Ciao, Concordia

A new flagship cruises the Mediterranean

By: Ana Figueroa

Costa Crociere’s new flagship will sail year-round in the Mediterranean, so the company chose a name Costa Concordia representing the “harmony and brotherhood” of the European people. Ironic, then, that the ship’s inaugural festivities took place in Italy on the same July weekend as the World Cup Soccer Finals. Things were anything but harmonious as numerous invited dignitaries, European travel partners and ship’s crew members enjoyed a boisterous battle as they sat transfixed around the ship’s huge poolside LED screen.

Fortunately, Italy proved victorious in the end; an auspicious sign for a weekend focusing on Italian pride. Costa Concordia built at Italy’s Fincantieri shipyard is not only the newest and largest addition to the Costa fleet, she’s the largest Italian cruise ship ever built.

Costa, of course, is a member of the Carnival Corporation family, and Costa Concordia utilizes the same platform as Carnival’s Conquest-class vessels. But the comparisons really end there. There’s something about the interior design of Costa ships that gives them an inherently Euro feel. They’re a tad more decadent, as if to emphasize that Europeans take their holidays more seriously than we do. They also like to see and be seen, and the ship provides plenty of venues for that, including 13 different bars.

The Costa Concordia’s design pays tribute to various architectural and design styles that flourished in Europe, and more than 6,000 works of art make Costa Concordia a veritable floating gallery. Public gathering places are particularly intense in their design concepts. The opulent, Art Deco-inspired European Atrium is done up in greens reminiscent of the Emerald City in “The Wizard of Oz.” It’s the perfect place to linger over an espresso or cafe latte. The 1,200-seat Teatro Atene is a three-level tribute to Greek Classical architecture. Even the ship’s buffet restaurant is a colorful, Art Moderne showplace that has the feel of an elegant eatery.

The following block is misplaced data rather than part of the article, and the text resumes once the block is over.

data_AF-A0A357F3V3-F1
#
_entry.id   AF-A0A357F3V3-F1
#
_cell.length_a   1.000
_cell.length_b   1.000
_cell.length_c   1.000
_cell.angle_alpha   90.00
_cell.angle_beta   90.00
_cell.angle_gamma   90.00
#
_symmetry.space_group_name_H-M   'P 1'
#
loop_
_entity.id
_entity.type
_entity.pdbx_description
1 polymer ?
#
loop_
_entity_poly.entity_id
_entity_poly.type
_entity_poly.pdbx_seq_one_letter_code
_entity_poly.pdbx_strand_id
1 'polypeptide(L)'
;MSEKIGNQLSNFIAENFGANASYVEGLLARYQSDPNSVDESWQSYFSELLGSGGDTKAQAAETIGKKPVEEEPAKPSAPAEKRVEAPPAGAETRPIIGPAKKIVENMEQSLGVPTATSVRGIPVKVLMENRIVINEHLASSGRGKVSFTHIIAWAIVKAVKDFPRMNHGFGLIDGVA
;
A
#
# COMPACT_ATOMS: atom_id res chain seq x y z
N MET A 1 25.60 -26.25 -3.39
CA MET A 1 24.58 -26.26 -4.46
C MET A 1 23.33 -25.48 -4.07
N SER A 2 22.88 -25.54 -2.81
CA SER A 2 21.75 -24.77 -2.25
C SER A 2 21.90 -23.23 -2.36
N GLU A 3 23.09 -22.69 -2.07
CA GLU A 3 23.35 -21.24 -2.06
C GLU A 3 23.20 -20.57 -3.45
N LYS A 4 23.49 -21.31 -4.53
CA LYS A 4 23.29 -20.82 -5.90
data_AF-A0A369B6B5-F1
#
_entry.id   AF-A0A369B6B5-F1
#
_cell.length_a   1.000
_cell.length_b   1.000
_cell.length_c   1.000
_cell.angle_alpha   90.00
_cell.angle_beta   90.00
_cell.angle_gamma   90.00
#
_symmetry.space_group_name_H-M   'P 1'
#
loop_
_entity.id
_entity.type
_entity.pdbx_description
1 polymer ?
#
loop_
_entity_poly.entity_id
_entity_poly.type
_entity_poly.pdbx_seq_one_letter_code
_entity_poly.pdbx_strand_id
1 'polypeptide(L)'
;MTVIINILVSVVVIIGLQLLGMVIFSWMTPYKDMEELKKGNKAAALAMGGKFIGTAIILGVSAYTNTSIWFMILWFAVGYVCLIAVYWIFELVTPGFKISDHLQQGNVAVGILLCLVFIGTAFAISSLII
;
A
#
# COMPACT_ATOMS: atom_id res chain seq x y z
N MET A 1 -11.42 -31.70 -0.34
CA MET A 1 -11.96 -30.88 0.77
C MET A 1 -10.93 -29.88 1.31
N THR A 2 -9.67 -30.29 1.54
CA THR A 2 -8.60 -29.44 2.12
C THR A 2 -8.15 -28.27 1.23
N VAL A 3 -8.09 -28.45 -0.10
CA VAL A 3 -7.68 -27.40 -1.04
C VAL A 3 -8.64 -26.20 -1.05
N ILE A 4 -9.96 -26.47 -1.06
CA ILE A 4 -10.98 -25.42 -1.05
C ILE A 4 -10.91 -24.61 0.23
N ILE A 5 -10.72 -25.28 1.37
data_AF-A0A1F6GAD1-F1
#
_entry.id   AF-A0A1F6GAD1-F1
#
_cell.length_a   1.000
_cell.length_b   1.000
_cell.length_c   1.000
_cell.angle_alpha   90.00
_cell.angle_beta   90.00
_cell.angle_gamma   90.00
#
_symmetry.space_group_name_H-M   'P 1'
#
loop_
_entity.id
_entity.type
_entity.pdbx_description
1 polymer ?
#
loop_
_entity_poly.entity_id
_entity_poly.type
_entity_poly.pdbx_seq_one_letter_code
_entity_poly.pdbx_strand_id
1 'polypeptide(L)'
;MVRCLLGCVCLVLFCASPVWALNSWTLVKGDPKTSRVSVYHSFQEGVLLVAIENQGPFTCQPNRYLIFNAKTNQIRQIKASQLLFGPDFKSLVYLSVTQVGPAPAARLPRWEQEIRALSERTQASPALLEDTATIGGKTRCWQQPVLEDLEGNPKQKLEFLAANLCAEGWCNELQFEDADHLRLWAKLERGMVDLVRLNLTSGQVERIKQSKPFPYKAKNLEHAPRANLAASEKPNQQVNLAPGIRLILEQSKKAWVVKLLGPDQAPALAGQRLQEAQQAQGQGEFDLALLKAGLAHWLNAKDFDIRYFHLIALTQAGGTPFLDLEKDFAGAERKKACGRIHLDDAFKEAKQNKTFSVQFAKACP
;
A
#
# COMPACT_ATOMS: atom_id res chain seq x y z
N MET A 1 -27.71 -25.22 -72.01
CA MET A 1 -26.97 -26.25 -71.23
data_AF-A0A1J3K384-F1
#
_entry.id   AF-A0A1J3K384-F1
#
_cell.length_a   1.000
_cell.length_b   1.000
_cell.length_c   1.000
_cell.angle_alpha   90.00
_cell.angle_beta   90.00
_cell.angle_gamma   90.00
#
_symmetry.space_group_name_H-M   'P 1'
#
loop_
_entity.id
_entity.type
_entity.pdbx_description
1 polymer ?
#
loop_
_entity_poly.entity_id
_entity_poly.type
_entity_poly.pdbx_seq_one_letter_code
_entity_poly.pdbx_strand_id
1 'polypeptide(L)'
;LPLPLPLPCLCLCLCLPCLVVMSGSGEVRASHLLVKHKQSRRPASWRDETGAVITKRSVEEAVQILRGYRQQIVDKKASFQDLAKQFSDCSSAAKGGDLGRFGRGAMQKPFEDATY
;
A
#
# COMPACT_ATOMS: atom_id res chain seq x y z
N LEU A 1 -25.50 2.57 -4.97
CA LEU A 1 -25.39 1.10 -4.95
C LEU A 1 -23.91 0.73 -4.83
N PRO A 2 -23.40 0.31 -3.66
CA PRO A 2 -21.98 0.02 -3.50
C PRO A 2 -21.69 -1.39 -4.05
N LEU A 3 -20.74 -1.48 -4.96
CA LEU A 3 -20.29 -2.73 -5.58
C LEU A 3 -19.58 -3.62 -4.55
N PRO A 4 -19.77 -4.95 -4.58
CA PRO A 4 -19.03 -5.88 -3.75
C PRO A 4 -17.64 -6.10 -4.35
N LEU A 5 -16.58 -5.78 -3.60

The ship’s specialty, reservations-only restaurant, Club Concordia, is decorated in bright, geometric patterns, a nod to the Dutch “De Stijl” movement. Menus spring from the masterful mind of Italian Michelin-starred chef, Ettore Bocchia, creator of “molecular cuisine.”

Costa Concordia’s much-anticipated Samsara Spa is the largest at sea a two-level oasis that boasts a Rock Sauna, Aromatic Turkish Bath, Winter Garden, Tea House and Solarium to name a few features. A new category of accommodations, Samsara Cabins and Samsara Suites offer direct access to the Spa, as well as special decor, amenities and dining privileges at the Samsara restaurant, featuring spa cuisine. It’s a veritable wellness vacation, and you don’t need to wander far from your stateroom. But you might want to there’s so much more to enjoy on the ship.

An authentic Grand Prix race car simulator (not for the faint of heart) actually makes you feel like you’re taking off. For mere lounging around, it’s hard to resist the stunning Ponte Francia, a deck housing two pools with retractable roofs (the largest enclosable space at sea). It’s ablaze with yellow tiles that gleam like gold in the sun, a bit like the Emperor Nero’s palace in its heyday. No doubt it will be packed with beautiful people during the ship’s year-round Mediterranean cruises.

But you wouldn’t expect anything less from a Costa ship.


Company: Costa Crociere
Ship: Costa Concordia
Size: 112,000
Capacity: 3,000 lower berths

Hits: The ship is a true “floating spa,” thanks to the two-level, expansive Samsara Spa. Guilty pleasures include the Caffe Helsinki’s chocolate fountain.

Misses: No Wi-Fi, a disappointment for North Americans.

Itinerary: From now until the end of 2007, Costa Concordia will sail seven-night Western Mediterranean itineraries from Civitavecchia that will call at Savona, Barcelona, Palma, Tunis, Malta and Palermo.